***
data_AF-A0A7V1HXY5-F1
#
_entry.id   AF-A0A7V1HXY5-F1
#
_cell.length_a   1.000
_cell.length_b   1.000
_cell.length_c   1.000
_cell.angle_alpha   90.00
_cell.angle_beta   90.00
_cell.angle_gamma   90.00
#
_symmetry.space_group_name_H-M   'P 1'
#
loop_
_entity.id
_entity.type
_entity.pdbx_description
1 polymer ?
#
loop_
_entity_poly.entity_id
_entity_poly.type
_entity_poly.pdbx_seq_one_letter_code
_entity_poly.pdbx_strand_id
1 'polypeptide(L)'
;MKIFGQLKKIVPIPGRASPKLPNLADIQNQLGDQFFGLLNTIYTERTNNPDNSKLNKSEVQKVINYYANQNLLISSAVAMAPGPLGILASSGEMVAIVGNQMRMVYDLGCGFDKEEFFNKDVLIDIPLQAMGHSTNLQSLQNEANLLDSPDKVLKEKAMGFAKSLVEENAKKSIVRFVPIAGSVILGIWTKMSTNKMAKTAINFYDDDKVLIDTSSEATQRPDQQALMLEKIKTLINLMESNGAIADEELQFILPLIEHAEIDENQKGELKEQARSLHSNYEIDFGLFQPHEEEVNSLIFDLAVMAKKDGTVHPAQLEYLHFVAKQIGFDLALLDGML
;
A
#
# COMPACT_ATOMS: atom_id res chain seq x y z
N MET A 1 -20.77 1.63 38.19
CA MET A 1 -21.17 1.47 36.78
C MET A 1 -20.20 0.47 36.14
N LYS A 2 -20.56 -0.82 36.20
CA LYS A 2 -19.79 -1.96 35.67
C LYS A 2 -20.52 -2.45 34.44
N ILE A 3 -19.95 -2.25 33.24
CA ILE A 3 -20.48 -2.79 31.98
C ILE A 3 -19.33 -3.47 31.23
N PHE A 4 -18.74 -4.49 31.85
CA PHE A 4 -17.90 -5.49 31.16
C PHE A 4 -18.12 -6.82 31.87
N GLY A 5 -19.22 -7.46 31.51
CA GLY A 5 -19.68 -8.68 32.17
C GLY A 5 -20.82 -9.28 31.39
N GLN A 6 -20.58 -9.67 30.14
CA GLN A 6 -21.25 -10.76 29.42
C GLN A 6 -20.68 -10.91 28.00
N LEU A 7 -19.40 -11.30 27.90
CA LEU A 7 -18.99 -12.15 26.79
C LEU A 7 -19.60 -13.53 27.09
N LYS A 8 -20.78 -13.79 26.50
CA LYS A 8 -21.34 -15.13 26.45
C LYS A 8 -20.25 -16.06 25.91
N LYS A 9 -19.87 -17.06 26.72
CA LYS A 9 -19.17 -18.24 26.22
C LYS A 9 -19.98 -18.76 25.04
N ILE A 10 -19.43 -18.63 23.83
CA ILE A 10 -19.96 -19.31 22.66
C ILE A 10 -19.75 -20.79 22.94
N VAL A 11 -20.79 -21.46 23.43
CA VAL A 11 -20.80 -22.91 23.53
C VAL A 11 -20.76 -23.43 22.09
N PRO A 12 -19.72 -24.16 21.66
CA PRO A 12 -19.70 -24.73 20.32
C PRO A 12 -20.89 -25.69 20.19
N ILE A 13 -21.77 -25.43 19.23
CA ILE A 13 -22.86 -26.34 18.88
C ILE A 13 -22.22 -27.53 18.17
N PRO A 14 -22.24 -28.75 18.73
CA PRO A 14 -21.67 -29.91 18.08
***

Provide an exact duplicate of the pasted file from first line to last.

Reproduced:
data_AF-A0A7V1HXY5-F1
#
_entry.id   AF-A0A7V1HXY5-F1
#
_cell.length_a   1.000
_cell.length_b   1.000
_cell.length_c   1.000
_cell.angle_alpha   90.00
_cell.angle_beta   90.00
_cell.angle_gamma   90.00
#
_symmetry.space_group_name_H-M   'P 1'
#
loop_
_entity.id
_entity.type
_entity.pdbx_description
1 polymer ?
#
loop_
_entity_poly.entity_id
_entity_poly.type
_entity_poly.pdbx_seq_one_letter_code
_entity_poly.pdbx_strand_id
1 'polypeptide(L)'
;MKIFGQLKKIVPIPGRASPKLPNLADIQNQLGDQFFGLLNTIYTERTNNPDNSKLNKSEVQKVINYYANQNLLISSAVAMAPGPLGILASSGEMVAIVGNQMRMVYDLGCGFDKEEFFNKDVLIDIPLQAMGHSTNLQSLQNEANLLDSPDKVLKEKAMGFAKSLVEENAKKSIVRFVPIAGSVILGIWTKMSTNKMAKTAINFYDDDKVLIDTSSEATQRPDQQALMLEKIKTLINLMESNGAIADEELQFILPLIEHAEIDENQKGELKEQARSLHSNYEIDFGLFQPHEEEVNSLIFDLAVMAKKDGTVHPAQLEYLHFVAKQIGFDLALLDGML
;
A
#
# COMPACT_ATOMS: atom_id res chain seq x y z
N MET A 1 -20.77 1.63 38.19
CA MET A 1 -21.17 1.47 36.78
C MET A 1 -20.20 0.47 36.14
N LYS A 2 -20.56 -0.82 36.20
CA LYS A 2 -19.79 -1.96 35.67
C LYS A 2 -20.52 -2.45 34.44
N ILE A 3 -19.95 -2.25 33.24
CA ILE A 3 -20.48 -2.79 31.98
C ILE A 3 -19.33 -3.47 31.23
N PHE A 4 -18.74 -4.49 31.85
CA PHE A 4 -17.90 -5.49 31.16
C PHE A 4 -18.12 -6.82 31.87
N GLY A 5 -19.22 -7.46 31.51
CA GLY A 5 -19.68 -8.68 32.17
C GLY A 5 -20.82 -9.28 31.39
N GLN A 6 -20.58 -9.67 30.14
CA GLN A 6 -21.25 -10.76 29.42
C GLN A 6 -20.68 -10.91 28.00
N LEU A 7 -19.40 -11.30 27.90
CA LEU A 7 -18.99 -12.15 26.79
C LEU A 7 -19.60 -13.53 27.09
N LYS A 8 -20.78 -13.79 26.50
CA LYS A 8 -21.34 -15.13 26.45
C LYS A 8 -20.25 -16.06 25.91
N LYS A 9 -19.87 -17.06 26.72
CA LYS A 9 -19.17 -18.24 26.22
C LYS A 9 -19.98 -18.76 25.04
N ILE A 10 -19.43 -18.63 23.83
CA ILE A 10 -19.96 -19.31 22.66
C ILE A 10 -19.75 -20.79 22.94
N VAL A 11 -20.79 -21.46 23.43
CA VAL A 11 -20.80 -22.91 23.53
C VAL A 11 -20.76 -23.43 22.09
N PRO A 12 -19.72 -24.16 21.66
CA PRO A 12 -19.70 -24.73 20.32
C PRO A 12 -20.89 -25.69 20.19
N ILE A 13 -21.77 -25.43 19.23
CA ILE A 13 -22.86 -26.34 18.88
C ILE A 13 -22.22 -27.53 18.17
N PRO A 14 -22.24 -28.75 18.73
CA PRO A 14 -21.67 -29.91 18.08